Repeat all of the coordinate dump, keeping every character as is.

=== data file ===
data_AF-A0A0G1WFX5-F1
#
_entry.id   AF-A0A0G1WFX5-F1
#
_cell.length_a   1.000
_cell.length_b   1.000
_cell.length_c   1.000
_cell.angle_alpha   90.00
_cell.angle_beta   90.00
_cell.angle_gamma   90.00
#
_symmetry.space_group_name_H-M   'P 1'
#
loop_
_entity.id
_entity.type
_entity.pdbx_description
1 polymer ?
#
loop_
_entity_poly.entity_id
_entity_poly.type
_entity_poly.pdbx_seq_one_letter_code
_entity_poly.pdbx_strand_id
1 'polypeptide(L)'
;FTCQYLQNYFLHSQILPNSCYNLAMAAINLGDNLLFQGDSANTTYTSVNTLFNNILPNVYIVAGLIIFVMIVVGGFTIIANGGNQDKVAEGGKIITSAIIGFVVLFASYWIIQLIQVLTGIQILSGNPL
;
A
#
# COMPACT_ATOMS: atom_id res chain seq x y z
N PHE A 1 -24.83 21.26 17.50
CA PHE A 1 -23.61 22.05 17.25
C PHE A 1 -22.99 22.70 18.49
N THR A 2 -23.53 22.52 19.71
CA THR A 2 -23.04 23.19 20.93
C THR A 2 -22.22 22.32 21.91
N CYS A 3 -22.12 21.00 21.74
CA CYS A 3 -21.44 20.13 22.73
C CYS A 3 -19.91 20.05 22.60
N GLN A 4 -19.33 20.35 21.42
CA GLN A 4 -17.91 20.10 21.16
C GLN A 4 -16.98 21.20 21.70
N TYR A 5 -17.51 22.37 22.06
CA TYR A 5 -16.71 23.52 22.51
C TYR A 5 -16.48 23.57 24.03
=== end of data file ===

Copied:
data_AF-A0A0G1WFX5-F1
#
_entry.id   AF-A0A0G1WFX5-F1
#
_cell.length_a   1.000
_cell.length_b   1.000
_cell.length_c   1.000
_cell.angle_alpha   90.00
_cell.angle_beta   90.00
_cell.angle_gamma   90.00
#
_symmetry.space_group_name_H-M   'P 1'
#
loop_
_entity.id
_entity.type
_entity.pdbx_description
1 polymer ?
#
loop_
_entity_poly.entity_id
_entity_poly.type
_entity_poly.pdbx_seq_one_letter_code
_entity_poly.pdbx_strand_id
1 'polypeptide(L)'
;FTCQYLQNYFLHSQILPNSCYNLAMAAINLGDNLLFQGDSANTTYTSVNTLFNNILPNVYIVAGLIIFVMIVVGGFTIIANGGNQDKVAEGGKIITSAIIGFVVLFASYWIIQLIQVLTGIQILSGNPL
;
A
#
# COMPACT_ATOMS: atom_id res chain seq x y z
N PHE A 1 -24.83 21.26 17.50
CA PHE A 1 -23.61 22.05 17.25
C PHE A 1 -22.99 22.70 18.49
N THR A 2 -23.53 22.52 19.71
CA THR A 2 -23.04 23.19 20.93
C THR A 2 -22.22 22.32 21.91
N CYS A 3 -22.12 21.00 21.74
CA CYS A 3 -21.44 20.13 22.73
C CYS A 3 -19.91 20.05 22.60
N GLN A 4 -19.33 20.35 21.42
CA GLN A 4 -17.91 20.10 21.16
C GLN A 4 -16.98 21.20 21.70
N TYR A 5 -17.51 22.37 22.06
CA TYR A 5 -16.71 23.52 22.51
C TYR A 5 -16.48 23.57 24.03